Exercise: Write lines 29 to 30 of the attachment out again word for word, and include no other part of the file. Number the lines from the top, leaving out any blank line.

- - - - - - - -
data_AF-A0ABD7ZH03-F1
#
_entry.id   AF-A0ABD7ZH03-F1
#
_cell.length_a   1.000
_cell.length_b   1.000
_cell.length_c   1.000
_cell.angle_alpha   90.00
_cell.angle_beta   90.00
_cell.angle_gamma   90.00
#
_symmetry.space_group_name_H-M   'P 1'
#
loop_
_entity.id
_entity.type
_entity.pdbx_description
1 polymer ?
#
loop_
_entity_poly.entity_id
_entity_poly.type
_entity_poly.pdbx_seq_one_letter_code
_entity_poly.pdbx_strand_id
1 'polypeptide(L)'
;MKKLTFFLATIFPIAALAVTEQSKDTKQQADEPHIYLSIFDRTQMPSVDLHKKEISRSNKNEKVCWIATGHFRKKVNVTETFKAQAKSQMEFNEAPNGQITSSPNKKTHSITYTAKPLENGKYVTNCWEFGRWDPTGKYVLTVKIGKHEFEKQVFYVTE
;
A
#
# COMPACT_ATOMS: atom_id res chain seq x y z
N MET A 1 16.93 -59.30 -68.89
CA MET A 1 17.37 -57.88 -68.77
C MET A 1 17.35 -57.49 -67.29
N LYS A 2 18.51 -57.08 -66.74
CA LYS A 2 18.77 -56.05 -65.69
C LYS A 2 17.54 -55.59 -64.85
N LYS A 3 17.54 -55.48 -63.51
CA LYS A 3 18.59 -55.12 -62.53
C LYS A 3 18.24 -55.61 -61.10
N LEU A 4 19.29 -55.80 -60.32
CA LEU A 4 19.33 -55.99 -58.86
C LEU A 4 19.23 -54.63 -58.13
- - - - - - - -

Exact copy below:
#
# COMPACT_ATOMS: atom_id res chain seq x y z